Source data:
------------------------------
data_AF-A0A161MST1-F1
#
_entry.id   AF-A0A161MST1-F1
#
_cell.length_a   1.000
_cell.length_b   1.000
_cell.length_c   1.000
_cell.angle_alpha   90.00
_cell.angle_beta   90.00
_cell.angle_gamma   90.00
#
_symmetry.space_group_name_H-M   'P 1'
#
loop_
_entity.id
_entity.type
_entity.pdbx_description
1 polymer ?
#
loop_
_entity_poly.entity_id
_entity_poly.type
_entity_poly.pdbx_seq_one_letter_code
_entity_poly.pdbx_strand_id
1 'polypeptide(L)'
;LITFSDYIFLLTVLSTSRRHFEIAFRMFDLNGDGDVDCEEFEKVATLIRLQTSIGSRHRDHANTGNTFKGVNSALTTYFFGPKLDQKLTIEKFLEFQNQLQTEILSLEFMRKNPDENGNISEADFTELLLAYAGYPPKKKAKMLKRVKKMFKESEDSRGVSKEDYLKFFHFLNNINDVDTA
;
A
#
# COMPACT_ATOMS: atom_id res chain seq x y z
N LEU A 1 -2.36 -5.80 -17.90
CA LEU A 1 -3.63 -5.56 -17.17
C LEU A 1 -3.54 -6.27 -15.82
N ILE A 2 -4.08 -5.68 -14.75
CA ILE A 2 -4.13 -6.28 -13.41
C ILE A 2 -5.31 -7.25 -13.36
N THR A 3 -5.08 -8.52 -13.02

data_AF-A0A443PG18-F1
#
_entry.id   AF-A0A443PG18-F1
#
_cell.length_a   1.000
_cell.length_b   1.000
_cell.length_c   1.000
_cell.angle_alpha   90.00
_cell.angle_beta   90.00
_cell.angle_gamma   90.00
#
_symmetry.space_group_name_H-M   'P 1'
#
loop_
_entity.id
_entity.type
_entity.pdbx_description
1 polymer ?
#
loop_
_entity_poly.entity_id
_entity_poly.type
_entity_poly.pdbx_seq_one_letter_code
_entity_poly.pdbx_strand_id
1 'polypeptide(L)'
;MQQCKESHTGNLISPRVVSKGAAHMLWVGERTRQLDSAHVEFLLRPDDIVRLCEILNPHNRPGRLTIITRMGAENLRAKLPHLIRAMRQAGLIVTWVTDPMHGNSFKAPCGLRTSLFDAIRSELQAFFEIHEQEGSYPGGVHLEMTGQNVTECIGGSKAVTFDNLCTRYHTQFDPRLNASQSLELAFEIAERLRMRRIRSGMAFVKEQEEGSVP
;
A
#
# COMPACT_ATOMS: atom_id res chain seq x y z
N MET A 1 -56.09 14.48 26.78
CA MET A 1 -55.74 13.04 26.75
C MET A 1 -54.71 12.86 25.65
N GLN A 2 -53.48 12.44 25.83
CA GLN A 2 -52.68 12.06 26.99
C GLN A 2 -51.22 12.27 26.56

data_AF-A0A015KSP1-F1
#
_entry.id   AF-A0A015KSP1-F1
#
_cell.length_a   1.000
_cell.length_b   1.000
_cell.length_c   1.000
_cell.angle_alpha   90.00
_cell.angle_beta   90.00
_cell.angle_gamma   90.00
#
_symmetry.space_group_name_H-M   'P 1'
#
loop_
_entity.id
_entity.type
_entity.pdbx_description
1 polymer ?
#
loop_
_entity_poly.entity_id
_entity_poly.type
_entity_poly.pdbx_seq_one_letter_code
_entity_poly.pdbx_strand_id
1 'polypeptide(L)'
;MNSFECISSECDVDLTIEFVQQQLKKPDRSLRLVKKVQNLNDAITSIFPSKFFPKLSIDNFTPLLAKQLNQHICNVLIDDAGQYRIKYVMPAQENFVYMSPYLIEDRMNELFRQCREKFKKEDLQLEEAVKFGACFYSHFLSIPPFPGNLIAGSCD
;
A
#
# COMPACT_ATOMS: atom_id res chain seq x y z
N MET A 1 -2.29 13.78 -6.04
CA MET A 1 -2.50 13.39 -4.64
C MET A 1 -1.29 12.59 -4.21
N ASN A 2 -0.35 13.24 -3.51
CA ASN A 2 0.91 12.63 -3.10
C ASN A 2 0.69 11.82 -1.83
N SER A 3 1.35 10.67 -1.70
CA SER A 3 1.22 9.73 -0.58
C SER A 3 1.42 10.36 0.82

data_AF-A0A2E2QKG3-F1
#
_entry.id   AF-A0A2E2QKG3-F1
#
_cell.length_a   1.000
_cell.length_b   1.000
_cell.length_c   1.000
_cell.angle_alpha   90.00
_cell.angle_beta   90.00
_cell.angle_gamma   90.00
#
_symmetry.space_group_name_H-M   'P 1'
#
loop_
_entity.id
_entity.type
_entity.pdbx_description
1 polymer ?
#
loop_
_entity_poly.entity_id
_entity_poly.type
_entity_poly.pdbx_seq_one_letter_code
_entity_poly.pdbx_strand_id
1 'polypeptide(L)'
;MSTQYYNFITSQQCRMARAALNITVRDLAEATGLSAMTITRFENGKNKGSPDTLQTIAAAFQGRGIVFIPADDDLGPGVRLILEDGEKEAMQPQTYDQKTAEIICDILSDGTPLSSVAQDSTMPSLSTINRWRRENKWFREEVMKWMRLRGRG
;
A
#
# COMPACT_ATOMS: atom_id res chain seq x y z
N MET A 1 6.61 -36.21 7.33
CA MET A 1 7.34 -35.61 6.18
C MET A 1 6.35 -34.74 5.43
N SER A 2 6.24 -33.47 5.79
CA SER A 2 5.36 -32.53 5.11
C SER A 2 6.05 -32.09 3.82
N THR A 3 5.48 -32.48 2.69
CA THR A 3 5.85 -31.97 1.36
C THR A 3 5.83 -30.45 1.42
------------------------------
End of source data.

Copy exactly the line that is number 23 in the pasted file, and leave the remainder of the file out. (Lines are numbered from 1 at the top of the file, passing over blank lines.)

_entity_poly.pdbx_seq_one_letter_code